Yes, I know. ANOTHER soup! But it’s the season, and soups are one of my favorite (and economically advantageous) ways to warm up and enjoy something home-cooked in the winter months. It was especially cold here in France over the last couple of weeks when the weather brought us our first snow of the year that actually stuck, so soup was definitely on the menu (potato, leek and fried almond, turnip leek and sweet potato, roasted carrot and parsnip with coconut milk, etc., etc.). This is a fabulously basic soup. It’s hearty, filling and satisfying. You can eat it as thick or as thin as you like but I promise it’ll fill you up. I’m not sure what it is about this soup. I never regarded cauliflower as extremely filling but this is one hearty soup. It’s also very simple and something about respecting the cooking times and different steps takes it to another level, and I don’t recommend skimping.
The original recipe was spotted on Food52 in one of their newsletters. It was labeled as genius cauliflower soup. It only contained like four ingredients, which I suppose was part of the genius of it. I’ll admit that even after reading the comments and hearing scores of folks say “Don’t change a thing, it’s so perfect as is!” I couldn’t help but add two of my all-time favorite ingredients: cumin and lardons. If you don’t eat meat however, or if you’re a traditionalist, I urge you to try the original recipe. I promise I will one of these days, but for now my snow-hating self wants to break the rules and make this soup perfectly genius for me. Either way, make sure you try this one, you won’t regret it.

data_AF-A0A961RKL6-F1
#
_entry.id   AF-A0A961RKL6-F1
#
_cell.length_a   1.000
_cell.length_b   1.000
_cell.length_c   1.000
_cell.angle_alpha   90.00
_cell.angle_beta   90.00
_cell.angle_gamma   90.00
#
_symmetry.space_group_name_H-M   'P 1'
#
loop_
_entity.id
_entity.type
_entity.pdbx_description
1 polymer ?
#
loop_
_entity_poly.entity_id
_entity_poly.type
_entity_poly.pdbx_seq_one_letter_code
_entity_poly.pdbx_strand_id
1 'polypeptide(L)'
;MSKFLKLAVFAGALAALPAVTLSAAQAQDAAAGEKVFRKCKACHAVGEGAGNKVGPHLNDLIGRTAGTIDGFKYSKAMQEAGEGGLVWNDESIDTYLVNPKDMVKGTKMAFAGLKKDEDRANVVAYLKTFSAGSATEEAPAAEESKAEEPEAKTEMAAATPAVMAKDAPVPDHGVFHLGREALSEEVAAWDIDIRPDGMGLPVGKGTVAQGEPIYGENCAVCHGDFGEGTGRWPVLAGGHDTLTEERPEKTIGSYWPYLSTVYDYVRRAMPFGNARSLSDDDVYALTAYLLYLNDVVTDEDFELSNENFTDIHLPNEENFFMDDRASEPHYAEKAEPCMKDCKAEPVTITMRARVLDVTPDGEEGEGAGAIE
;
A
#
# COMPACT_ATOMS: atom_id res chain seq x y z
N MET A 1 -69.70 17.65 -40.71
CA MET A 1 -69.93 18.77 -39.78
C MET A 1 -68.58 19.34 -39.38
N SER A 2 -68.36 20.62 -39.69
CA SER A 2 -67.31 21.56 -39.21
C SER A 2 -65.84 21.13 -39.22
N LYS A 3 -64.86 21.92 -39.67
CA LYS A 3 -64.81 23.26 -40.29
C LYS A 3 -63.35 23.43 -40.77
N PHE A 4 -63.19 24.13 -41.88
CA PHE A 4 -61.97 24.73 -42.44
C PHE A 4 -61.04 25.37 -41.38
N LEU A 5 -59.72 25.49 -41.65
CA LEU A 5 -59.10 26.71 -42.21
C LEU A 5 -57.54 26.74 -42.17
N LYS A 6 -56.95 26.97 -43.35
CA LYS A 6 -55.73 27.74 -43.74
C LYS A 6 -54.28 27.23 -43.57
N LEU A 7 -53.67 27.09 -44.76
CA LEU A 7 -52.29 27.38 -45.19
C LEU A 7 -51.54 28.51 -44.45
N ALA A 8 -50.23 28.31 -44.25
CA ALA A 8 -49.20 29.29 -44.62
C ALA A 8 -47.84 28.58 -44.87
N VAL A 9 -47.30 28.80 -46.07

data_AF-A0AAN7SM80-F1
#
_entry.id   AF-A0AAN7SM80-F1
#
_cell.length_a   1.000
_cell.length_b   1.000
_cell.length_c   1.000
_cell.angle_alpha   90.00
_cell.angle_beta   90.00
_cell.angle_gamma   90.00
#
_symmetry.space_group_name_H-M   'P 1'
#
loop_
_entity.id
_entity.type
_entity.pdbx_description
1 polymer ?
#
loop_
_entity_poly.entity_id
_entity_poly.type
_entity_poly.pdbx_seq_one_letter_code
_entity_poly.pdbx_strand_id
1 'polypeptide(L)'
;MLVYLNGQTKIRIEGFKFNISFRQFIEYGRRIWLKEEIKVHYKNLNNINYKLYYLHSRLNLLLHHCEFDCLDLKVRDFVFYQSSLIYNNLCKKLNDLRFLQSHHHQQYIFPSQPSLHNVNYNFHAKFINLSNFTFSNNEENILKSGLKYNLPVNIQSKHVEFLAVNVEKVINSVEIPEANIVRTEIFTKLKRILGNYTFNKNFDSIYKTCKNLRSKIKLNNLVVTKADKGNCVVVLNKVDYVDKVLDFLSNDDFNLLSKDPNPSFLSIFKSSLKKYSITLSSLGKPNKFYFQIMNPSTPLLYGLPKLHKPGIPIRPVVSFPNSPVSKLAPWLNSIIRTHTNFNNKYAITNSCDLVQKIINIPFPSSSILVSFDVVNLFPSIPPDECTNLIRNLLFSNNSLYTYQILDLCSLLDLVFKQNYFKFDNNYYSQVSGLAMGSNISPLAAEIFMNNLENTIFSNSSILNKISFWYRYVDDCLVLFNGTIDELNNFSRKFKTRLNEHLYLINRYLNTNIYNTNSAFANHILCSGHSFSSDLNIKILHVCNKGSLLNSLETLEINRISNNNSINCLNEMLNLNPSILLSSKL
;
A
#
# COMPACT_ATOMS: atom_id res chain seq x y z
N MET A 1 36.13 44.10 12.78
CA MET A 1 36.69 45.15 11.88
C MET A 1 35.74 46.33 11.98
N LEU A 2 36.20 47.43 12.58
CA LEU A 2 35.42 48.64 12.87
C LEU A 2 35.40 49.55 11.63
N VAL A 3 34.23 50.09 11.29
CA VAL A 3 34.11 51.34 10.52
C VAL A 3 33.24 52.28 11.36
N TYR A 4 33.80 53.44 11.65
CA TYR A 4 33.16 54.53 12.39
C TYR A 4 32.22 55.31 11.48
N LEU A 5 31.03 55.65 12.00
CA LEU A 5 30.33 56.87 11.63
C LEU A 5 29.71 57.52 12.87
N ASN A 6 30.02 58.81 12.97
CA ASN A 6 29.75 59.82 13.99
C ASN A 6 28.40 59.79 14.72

Creamy cauliflower, cumin and lardon soup
Adapted from Food52
Ingredients (serves 4-6):
1 large head of cauliflower (stems removed)
2 T olive oil
1 C lardons or bacon cut into small pieces
1 onion, thinly sliced
1 t cumin
5-6 C of water
Salt and pepper
Heat your soup pot of choice over medium-high heat. Add the lardons or bacon and let them cook for about 5 minutes, until they have a nice golden-brown color and have released their fat. Turn the heat down to medium-low and add the olive oil to the mix, pausing to let it warm up before adding your onion and letting it sweat for about 10 minutes, stirring often so it doesn’t brown too much. Add the cumin and stir to combine before dumping in your cauliflower florets with about a 1/2 C of water. Season with salt and pepper and turn the heat back up to medium. Cover and let the mixture simmer for about 20 minutes undisturbed.
Add the rest of your water now and let the soup simmer uncovered for 20 minutes longer. The cauliflower should be well-done by now so you can start puréeing it. Working in batches if needed, blend the soup thoroughly and then let it sit for another 20 minutes before reheating it to eat. The soup will thicken during this period. Even if you want a thinner soup, I still recommend following this step as I’m pretty sure this is when the flavors intensify. Once thickened, reheat the soup, thinning it with 1/2 C to 2 C water (I found a nice, thin soup delightful, while Jérôme preferred a thicker one…) and adjust the seasoning before serving.